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Hooray! We are celebrating our 10-year anniversary in 2023! The celebrations will be themed around the future of arts.

Researcher Lauren O’Neal: “Choreographic thinking makes galleries and museums more dynamic, flexible and welcoming”

Lauren O´Neal, who will defend her doctoral research at the end of May at Uniarts Helsinki’s Academy of Fine Arts, explores the intersections between visual and performing arts in her research. She incorporates choreographic thinking into exhibition curating processes and sees galleries as dynamic “situations” where the art experience, for both curator and audience, becomes deeper through active engagement. O´Neal frames her curatorial process through the lens of movement, experimentation, and conversation, for example.

The Doctor of Fine Arts thesis project comprises an artistic and a written component. For her doctoral research, O´Neal carried out three curatorial projects at the Lamont Gallery in New Hampshire, USA from 2015 to 2020.

Tell about the process of your doctoral research: How did the research process begin? Were there many surprises on the way?

My research process began almost inadvertently. I was interested in the intersection between visual and performing arts, but I wasn’t sure what direction the research would take. While I was trying to clarify my project at the start of the doctoral program, I was simultaneously busy with curating exhibitions, teaching, and participating in arts events, such as performing in Trisha Brown’s Floor of the Forest at the Institute of Contemporary Art in Boston as part of the Dance/Draw exhibition. Finally, I came to understand that those activities were the research.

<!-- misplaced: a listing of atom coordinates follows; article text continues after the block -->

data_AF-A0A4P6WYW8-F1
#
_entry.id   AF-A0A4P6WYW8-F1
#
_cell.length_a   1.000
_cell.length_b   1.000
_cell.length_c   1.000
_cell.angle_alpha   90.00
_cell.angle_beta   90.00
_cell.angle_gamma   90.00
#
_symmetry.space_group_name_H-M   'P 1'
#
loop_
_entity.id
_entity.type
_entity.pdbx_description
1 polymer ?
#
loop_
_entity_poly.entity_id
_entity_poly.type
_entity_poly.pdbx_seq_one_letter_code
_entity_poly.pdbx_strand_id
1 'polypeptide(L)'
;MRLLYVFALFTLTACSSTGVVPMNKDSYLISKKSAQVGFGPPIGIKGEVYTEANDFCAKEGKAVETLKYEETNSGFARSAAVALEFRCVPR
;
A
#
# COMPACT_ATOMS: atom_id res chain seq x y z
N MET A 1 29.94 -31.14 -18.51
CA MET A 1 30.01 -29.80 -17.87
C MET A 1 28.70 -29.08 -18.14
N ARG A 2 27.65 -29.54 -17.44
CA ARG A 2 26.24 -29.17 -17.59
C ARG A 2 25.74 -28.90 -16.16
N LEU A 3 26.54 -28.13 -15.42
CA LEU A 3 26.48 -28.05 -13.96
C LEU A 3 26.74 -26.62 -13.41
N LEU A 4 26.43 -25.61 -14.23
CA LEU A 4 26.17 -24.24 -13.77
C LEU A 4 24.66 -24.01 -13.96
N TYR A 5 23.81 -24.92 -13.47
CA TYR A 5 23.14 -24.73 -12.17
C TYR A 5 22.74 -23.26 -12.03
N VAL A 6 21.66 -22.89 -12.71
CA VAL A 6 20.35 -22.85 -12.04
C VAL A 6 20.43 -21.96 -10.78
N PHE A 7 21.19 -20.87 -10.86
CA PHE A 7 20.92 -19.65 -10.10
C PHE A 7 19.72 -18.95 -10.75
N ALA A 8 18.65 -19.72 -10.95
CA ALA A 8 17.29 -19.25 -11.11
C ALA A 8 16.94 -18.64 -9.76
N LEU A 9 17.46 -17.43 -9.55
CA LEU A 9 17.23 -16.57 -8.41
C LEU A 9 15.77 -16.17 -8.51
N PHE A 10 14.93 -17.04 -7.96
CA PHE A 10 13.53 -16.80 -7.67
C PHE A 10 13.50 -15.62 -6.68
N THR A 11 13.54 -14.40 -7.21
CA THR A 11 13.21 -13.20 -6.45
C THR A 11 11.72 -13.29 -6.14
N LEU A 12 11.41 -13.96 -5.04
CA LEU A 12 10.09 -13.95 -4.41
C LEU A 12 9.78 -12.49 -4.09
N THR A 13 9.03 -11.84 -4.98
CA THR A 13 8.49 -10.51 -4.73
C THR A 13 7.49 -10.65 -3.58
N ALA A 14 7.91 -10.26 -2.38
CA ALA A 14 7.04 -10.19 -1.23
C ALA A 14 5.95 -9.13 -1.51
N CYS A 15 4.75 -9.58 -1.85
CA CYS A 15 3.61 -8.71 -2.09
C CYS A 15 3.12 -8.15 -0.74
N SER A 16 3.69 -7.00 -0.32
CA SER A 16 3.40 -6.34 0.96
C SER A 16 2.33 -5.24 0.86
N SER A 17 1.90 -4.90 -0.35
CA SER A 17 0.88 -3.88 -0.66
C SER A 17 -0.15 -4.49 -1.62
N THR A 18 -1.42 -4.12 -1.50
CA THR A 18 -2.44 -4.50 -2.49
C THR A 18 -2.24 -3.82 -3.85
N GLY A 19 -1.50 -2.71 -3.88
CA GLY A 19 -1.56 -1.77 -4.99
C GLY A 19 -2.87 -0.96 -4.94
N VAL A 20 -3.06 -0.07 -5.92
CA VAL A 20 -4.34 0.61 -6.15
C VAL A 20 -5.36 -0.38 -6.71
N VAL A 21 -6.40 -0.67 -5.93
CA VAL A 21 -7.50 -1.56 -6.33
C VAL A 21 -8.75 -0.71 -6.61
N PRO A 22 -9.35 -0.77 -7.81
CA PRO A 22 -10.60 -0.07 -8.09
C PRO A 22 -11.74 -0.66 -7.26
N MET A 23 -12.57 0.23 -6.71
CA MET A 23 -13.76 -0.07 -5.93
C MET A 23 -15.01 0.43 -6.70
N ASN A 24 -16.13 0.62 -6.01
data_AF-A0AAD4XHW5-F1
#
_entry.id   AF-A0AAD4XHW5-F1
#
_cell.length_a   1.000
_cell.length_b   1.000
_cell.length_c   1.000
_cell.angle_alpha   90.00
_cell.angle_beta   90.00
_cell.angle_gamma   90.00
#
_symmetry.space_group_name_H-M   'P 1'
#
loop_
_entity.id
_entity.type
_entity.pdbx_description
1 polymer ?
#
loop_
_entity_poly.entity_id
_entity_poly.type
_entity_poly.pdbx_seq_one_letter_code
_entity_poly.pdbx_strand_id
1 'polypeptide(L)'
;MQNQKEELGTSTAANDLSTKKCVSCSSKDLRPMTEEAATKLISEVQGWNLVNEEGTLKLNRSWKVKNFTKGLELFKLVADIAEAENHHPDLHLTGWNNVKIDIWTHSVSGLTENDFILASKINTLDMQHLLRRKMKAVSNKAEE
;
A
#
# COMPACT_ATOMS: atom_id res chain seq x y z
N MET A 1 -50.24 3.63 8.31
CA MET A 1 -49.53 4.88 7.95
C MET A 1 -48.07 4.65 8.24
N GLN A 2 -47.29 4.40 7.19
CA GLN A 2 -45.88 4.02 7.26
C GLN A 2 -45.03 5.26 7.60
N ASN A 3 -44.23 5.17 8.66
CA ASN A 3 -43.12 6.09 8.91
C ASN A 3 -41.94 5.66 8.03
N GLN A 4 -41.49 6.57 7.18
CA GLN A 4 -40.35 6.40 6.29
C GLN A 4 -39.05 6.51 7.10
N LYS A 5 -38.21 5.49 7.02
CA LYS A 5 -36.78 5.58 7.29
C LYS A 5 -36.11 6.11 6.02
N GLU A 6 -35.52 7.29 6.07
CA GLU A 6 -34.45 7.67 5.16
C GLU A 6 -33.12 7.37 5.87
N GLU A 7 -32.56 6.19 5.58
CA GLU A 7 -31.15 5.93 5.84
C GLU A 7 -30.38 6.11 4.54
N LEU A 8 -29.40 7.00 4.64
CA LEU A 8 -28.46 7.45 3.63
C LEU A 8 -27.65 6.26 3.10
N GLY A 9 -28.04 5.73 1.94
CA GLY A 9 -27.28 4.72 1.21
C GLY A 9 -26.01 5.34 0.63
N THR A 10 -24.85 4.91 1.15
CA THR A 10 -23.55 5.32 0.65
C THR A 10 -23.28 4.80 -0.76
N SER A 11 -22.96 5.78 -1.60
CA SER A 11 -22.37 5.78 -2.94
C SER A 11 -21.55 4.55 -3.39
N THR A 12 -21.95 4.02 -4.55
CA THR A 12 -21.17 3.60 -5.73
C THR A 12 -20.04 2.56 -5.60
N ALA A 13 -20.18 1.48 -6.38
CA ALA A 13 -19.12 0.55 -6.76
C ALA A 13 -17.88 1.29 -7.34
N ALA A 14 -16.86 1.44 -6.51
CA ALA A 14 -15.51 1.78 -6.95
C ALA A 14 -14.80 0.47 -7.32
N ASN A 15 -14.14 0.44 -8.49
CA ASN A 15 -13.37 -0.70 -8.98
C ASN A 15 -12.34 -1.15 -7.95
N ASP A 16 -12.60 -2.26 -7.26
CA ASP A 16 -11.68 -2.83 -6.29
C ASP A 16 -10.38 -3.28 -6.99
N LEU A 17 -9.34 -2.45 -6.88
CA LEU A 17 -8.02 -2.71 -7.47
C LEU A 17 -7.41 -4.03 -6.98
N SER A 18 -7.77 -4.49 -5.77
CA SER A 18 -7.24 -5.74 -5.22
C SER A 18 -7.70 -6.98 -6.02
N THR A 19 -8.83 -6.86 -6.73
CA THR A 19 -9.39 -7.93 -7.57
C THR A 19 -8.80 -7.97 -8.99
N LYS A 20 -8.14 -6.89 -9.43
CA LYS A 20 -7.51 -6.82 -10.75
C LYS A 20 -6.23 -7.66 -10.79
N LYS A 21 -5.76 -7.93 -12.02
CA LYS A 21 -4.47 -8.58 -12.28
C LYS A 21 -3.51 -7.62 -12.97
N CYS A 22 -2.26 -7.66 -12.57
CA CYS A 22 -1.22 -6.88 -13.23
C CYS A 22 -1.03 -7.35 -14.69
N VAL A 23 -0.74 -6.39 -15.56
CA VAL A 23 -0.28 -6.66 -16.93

What made you interested in researching the intersection of choreographic thinking and curatorial practice?

Interdisciplinarity informs all of my work. The initial aim of the project was to find a way to theorize and refine my own practice, and to make room for my diverse disciplinary interests. A longer-term aspiration is to use choreographic thinking to reimagine galleries and museums so that they become spaces that are more dynamic, flexible, and welcoming. The work of philosopher Erin Manning, poet and artist Renee Gladman, and architectural theorist Keller Easterling, among others, served as guides throughout the journey.

How does the curating that is at the centre of your research differ from the traditional concept of curating?

Instead of being driven by art historical motivations, where the exhibition is a response or an answer, my curatorial process is characterized by asking questions. It uses movement, arrangement, and experimentation as generating forces, often inviting others in to contribute. The theme or content of the exhibition emerges through the process of making.

Most artists and curators will probably find my approach familiar: the result often takes the shape of an exhibition. What’s different is the emphasis on practice-based research: I develop a theory and working method for choreographic thinking within the curatorial, and address related themes such as curatorial dramaturgy and prototyping, through the lens of my own projects.